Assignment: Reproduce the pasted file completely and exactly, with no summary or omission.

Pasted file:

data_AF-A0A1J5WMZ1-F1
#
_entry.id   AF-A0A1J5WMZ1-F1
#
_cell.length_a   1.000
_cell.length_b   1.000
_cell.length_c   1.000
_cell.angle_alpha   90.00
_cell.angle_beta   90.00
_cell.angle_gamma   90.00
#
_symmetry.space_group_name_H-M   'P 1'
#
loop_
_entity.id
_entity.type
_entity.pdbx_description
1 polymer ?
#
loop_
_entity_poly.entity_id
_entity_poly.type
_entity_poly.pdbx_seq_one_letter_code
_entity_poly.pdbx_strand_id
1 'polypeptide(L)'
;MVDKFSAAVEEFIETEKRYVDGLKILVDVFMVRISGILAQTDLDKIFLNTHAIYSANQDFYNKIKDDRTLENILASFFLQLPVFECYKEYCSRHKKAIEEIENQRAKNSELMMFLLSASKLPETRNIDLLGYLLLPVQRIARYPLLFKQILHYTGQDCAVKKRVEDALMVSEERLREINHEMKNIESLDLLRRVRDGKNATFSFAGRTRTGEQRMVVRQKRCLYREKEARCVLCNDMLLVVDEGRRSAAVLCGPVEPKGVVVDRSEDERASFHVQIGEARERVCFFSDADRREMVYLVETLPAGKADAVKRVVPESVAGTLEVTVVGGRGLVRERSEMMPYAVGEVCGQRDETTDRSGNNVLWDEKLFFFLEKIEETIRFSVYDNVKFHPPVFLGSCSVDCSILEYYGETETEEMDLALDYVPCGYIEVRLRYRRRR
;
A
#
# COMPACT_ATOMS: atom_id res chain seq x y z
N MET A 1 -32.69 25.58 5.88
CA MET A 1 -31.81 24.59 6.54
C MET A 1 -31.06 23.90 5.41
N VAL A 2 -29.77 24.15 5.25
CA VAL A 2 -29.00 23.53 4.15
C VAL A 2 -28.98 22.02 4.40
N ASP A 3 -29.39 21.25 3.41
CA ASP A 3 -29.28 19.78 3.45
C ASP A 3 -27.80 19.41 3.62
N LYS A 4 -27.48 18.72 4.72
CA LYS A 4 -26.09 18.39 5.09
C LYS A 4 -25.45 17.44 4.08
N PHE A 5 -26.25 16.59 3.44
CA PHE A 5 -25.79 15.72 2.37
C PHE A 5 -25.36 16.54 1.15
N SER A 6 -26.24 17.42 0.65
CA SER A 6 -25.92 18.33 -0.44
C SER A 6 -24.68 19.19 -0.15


data_AF-A0A1J5WMZ1-F1
#
_entry.id   AF-A0A1J5WMZ1-F1
#
_cell.length_a   1.000
_cell.length_b   1.000
_cell.length_c   1.000
_cell.angle_alpha   90.00
_cell.angle_beta   90.00
_cell.angle_gamma   90.00
#
_symmetry.space_group_name_H-M   'P 1'
#
loop_
_entity.id
_entity.type
_entity.pdbx_description
1 polymer ?
#
loop_
_entity_poly.entity_id
_entity_poly.type
_entity_poly.pdbx_seq_one_letter_code
_entity_poly.pdbx_strand_id
1 'polypeptide(L)'
;MVDKFSAAVEEFIETEKRYVDGLKILVDVFMVRISGILAQTDLDKIFLNTHAIYSANQDFYNKIKDDRTLENILASFFLQLPVFECYKEYCSRHKKAIEEIENQRAKNSELMMFLLSASKLPETRNIDLLGYLLLPVQRIARYPLLFKQILHYTGQDCAVKKRVEDALMVSEERLREINHEMKNIESLDLLRRVRDGKNATFSFAGRTRTGEQRMVVRQKRCLYREKEARCVLCNDMLLVVDEGRRSAAVLCGPVEPKGVVVDRSEDERASFHVQIGEARERVCFFSDADRREMVYLVETLPAGKADAVKRVVPESVAGTLEVTVVGGRGLVRERSEMMPYAVGEVCGQRDETTDRSGNNVLWDEKLFFFLEKIEETIRFSVYDNVKFHPPVFLGSCSVDCSILEYYGETETEEMDLALDYVPCGYIEVRLRYRRRR
;
A
#
# COMPACT_ATOMS: atom_id res chain seq x y z
N MET A 1 -32.69 25.58 5.88
CA MET A 1 -31.81 24.59 6.54
C MET A 1 -31.06 23.90 5.41
N VAL A 2 -29.77 24.15 5.25
CA VAL A 2 -29.00 23.53 4.15
C VAL A 2 -28.98 22.02 4.40
N ASP A 3 -29.39 21.25 3.41
CA ASP A 3 -29.28 19.78 3.45
C ASP A 3 -27.80 19.41 3.62
N LYS A 4 -27.48 18.72 4.72
CA LYS A 4 -26.09 18.39 5.09
C LYS A 4 -25.45 17.44 4.08
N PHE A 5 -26.25 16.59 3.44
CA PHE A 5 -25.79 15.72 2.37
C PHE A 5 -25.36 16.54 1.15
N SER A 6 -26.24 17.42 0.65
CA SER A 6 -25.92 18.33 -0.44
C SER A 6 -24.68 19.19 -0.15